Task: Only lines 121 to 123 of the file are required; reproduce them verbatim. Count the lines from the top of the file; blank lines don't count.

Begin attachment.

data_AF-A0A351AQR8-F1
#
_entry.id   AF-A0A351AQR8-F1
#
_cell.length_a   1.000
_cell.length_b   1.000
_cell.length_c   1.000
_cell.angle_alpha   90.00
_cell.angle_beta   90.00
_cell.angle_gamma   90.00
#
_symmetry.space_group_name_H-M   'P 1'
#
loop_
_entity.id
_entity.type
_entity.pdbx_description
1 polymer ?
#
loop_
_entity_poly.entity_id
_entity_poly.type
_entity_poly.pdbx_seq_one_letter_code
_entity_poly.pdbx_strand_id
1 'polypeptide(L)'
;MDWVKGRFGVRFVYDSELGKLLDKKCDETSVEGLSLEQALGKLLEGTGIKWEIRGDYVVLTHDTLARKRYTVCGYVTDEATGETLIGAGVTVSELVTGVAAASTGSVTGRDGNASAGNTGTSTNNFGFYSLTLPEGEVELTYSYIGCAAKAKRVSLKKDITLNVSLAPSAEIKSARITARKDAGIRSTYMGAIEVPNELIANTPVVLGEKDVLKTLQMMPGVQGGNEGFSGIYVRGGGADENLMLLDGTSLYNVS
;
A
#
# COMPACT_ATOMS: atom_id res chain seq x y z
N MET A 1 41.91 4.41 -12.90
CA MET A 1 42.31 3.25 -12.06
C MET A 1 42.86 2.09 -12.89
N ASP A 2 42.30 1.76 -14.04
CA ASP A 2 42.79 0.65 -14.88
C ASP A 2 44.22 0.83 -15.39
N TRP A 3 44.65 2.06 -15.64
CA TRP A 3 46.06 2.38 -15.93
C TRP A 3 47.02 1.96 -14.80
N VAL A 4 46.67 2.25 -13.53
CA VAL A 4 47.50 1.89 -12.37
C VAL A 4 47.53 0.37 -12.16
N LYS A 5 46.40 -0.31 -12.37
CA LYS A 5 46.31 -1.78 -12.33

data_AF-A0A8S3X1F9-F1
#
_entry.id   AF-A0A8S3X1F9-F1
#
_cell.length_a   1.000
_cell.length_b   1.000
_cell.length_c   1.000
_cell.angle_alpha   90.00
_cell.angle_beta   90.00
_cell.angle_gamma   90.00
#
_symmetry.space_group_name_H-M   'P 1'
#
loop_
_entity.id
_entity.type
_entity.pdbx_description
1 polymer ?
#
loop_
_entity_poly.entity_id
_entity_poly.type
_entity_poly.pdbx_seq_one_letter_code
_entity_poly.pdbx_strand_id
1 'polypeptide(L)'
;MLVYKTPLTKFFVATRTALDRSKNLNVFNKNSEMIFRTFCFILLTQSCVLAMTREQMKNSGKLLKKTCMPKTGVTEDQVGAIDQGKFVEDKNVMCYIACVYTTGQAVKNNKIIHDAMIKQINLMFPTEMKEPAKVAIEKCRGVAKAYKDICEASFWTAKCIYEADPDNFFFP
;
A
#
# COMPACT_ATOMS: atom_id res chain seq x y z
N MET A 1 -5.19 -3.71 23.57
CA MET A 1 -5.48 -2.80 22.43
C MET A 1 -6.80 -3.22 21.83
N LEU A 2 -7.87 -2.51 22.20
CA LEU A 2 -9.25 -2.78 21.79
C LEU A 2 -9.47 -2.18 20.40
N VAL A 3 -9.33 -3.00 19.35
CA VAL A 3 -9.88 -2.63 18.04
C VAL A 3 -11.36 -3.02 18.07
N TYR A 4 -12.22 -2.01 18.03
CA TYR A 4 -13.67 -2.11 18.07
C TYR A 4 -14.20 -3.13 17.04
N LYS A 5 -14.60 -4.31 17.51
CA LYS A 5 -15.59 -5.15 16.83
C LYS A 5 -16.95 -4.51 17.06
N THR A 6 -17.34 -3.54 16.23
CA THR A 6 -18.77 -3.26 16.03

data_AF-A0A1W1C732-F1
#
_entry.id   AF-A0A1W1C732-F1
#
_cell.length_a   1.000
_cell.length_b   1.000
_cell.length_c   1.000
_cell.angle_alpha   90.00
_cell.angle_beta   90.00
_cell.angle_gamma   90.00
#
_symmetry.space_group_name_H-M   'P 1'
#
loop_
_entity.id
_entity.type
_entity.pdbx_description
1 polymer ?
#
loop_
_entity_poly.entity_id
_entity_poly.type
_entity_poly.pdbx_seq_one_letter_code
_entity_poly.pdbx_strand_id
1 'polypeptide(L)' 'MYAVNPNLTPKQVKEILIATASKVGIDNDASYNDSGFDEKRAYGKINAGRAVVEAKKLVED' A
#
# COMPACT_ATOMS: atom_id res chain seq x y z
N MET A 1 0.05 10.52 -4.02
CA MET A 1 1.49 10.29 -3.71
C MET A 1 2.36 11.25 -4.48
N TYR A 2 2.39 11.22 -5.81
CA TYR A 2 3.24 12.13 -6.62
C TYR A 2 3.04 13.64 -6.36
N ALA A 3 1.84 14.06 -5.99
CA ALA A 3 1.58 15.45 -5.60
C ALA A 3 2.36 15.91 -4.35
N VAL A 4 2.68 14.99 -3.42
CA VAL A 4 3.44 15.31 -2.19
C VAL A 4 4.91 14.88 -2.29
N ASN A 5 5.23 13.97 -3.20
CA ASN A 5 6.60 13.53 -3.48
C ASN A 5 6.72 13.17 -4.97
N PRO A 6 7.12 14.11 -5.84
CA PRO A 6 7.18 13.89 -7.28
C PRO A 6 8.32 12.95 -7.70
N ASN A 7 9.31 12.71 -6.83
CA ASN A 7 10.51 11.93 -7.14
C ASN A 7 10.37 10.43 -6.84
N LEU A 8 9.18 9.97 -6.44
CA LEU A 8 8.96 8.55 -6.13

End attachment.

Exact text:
C MET A 1 2.36 11.25 -4.48
N TYR A 2 2.39 11.22 -5.81
CA TYR A 2 3.24 12.13 -6.62